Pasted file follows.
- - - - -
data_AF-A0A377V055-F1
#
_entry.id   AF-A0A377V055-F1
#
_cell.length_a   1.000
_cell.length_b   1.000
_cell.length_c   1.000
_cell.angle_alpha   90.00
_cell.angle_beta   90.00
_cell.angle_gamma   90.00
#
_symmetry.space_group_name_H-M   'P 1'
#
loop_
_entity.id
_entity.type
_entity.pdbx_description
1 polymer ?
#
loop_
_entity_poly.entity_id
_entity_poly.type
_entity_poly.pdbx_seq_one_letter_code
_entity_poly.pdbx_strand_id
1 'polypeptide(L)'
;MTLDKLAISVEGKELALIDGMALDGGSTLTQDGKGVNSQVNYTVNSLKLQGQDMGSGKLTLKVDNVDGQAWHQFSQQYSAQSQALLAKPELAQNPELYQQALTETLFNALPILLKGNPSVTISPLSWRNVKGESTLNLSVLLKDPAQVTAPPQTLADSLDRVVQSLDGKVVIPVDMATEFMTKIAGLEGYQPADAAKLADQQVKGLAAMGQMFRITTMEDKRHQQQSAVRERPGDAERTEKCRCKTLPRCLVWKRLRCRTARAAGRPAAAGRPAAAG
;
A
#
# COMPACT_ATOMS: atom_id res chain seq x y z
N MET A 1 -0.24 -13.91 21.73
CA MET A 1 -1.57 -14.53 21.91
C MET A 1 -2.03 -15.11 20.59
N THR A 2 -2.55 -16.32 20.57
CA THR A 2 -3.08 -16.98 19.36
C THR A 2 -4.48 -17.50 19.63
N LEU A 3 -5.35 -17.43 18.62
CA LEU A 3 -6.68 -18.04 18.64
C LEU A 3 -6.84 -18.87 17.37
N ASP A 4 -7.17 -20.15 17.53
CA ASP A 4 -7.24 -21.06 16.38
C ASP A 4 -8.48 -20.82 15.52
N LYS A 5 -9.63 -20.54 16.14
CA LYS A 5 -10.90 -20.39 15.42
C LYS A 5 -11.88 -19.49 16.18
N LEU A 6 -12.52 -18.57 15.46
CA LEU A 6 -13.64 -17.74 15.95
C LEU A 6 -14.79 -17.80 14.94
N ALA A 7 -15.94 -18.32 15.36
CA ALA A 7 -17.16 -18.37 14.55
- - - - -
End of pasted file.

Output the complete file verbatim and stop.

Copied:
data_AF-A0A377V055-F1
#
_entry.id   AF-A0A377V055-F1
#
_cell.length_a   1.000
_cell.length_b   1.000
_cell.length_c   1.000
_cell.angle_alpha   90.00
_cell.angle_beta   90.00
_cell.angle_gamma   90.00
#
_symmetry.space_group_name_H-M   'P 1'
#
loop_
_entity.id
_entity.type
_entity.pdbx_description
1 polymer ?
#
loop_
_entity_poly.entity_id
_entity_poly.type
_entity_poly.pdbx_seq_one_letter_code
_entity_poly.pdbx_strand_id
1 'polypeptide(L)'
;MTLDKLAISVEGKELALIDGMALDGGSTLTQDGKGVNSQVNYTVNSLKLQGQDMGSGKLTLKVDNVDGQAWHQFSQQYSAQSQALLAKPELAQNPELYQQALTETLFNALPILLKGNPSVTISPLSWRNVKGESTLNLSVLLKDPAQVTAPPQTLADSLDRVVQSLDGKVVIPVDMATEFMTKIAGLEGYQPADAAKLADQQVKGLAAMGQMFRITTMEDKRHQQQSAVRERPGDAERTEKCRCKTLPRCLVWKRLRCRTARAAGRPAAAGRPAAAG
;
A
#
# COMPACT_ATOMS: atom_id res chain seq x y z
N MET A 1 -0.24 -13.91 21.73
CA MET A 1 -1.57 -14.53 21.91
C MET A 1 -2.03 -15.11 20.59
N THR A 2 -2.55 -16.32 20.57
CA THR A 2 -3.08 -16.98 19.36
C THR A 2 -4.48 -17.50 19.63
N LEU A 3 -5.35 -17.43 18.62
CA LEU A 3 -6.68 -18.04 18.64
C LEU A 3 -6.84 -18.87 17.37
N ASP A 4 -7.17 -20.15 17.53
CA ASP A 4 -7.24 -21.06 16.38
C ASP A 4 -8.48 -20.82 15.52
N LYS A 5 -9.63 -20.54 16.14
CA LYS A 5 -10.90 -20.39 15.42
C LYS A 5 -11.88 -19.49 16.18
N LEU A 6 -12.52 -18.57 15.46
CA LEU A 6 -13.64 -17.74 15.95
C LEU A 6 -14.79 -17.80 14.94
N ALA A 7 -15.94 -18.32 15.36
CA ALA A 7 -17.16 -18.37 14.55